What Everybody Ought to Know About Their Auto Insurance Policy

Autos & TrucksInsurance

  • Author Kate Wilson
  • Published November 15, 2010
  • Word count 638

Do you know exactly what your auto insurance covers? Have you read all the fine print to investigate what circumstances might expose you to liability or personal expense? Having the proper amount of automobile insurance, besides being a legal requirement for all drivers, is a safety net that is absolutely critical for anyone who drives a car. Here we will take a look at the various features of auto insurance, including some items to look for in the small print.

Auto Insurance: Liability

Liability insurance is the part of your policy that is required by law. This type of insurance ensures that you can adequately pay for the damage to another vehicle and for any injuries sustained by the driver and/or passengers during an accident. While liability requirements vary from state to state, most experts recommend a policy which covers $50,000 for the first injury, $100,000 for additional injuries and $25,000 in property damage.

Nobody expects for an accident to happen, but having the proper amount of liability insurance can help you sleep a little easier at night knowing you are covered should the unfortunate occur.

Auto Insurance: Comprehensive/Collision

Often referred to as "comp and collision" this type of insurance is a safeguard should something happen to your own vehicle, either during an accident or some other damaging event. Policy limits differ depending on your insurance carrier and the type of policy you hold, so make sure you read all the fine print to see what's included and what's not.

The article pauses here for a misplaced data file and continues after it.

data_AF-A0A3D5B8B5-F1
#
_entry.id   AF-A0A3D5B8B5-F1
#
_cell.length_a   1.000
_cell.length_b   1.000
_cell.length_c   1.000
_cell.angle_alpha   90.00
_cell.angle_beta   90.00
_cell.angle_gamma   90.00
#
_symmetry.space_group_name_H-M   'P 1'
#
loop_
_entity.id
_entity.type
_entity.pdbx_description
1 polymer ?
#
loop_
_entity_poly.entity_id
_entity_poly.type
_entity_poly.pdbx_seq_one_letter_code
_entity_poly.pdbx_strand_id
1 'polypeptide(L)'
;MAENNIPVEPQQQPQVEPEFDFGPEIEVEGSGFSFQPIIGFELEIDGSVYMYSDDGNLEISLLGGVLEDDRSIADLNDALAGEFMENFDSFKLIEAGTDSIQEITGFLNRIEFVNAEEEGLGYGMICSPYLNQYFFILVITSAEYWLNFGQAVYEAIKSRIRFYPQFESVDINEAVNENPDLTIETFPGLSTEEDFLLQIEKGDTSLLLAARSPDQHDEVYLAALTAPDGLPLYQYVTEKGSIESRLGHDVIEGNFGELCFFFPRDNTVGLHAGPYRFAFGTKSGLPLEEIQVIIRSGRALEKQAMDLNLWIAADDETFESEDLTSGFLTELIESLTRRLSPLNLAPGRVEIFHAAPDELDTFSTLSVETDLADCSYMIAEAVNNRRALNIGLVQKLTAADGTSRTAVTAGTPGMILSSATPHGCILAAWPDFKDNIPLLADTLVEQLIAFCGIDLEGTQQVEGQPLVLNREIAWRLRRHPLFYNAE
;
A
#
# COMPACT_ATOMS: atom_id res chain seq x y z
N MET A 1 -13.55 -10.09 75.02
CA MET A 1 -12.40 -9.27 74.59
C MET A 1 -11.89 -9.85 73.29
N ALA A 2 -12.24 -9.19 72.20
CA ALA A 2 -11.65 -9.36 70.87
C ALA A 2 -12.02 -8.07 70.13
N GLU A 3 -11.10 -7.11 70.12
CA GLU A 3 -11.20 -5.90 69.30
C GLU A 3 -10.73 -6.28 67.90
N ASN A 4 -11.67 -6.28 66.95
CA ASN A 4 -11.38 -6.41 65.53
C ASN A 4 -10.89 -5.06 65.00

Auto Insurance: Uninsured/Underinsured Motorist

While comp and collision will cover damages to your vehicle in the event of an accident, theft or even a hurricane, you may want to drop this coverage if the payments are worth more than your old clunker of a car. In this case, you will want to add uninsured/underinsured motorist to your policy to cover the damages to your vehicle in the event you are involved in an accident with a dead-beat driver without liability insurance.

Auto Insurance: Deductible

The deductible in your auto insurance policy is a fancy word that can best be defined as the amount you will have to pay before the insurance kicks in. Naturally, if you are willing to pay a higher deductible, say, $1,000 or $2,000; your insurance premiums will be lower. Again, take into consideration the net worth of your car before deciding on a deductible figure. It could save you hundreds, even thousands of dollars a year on premiums.

Auto Insurance: The Little Things to Look For

Take a good look at the list below and decide if these little insurance bonuses are items that are covered in your policy:

  • Towing. If you've ever had to pay a towing charge, you know how expensive it can be, but not all insurance policies will pay the bill. Will yours?

  • Rental Car Reimbursement. If your car is stolen or damaged you will no doubt need a rental car to get around. This is a little extra not automatically covered by many insurance policies and carriers.

  • Personal Injury Protection. This type of protection can help pay for things like lost income, child care, etc. in the event of an injury.

  • Sound System Coverage. For many people, their sound system is worth more than their car. This coverage will help reimburse you for a new system in the event of theft or damage.

This list of "extras and bonuses" is just a sample of the many hidden expenses you may incur if you fail to obtain the right policy for you. Before you commit to an insurance carrier and agree to the requisite premiums, take the time to ask questions and read your policy in full. Taking a little time now to ensure you are adequately covered can save you a whole lot of money and misery down the road.

To read more about how to get a low cost insurance or a low cost car insurance. Be sure to visit insurance-cost.net

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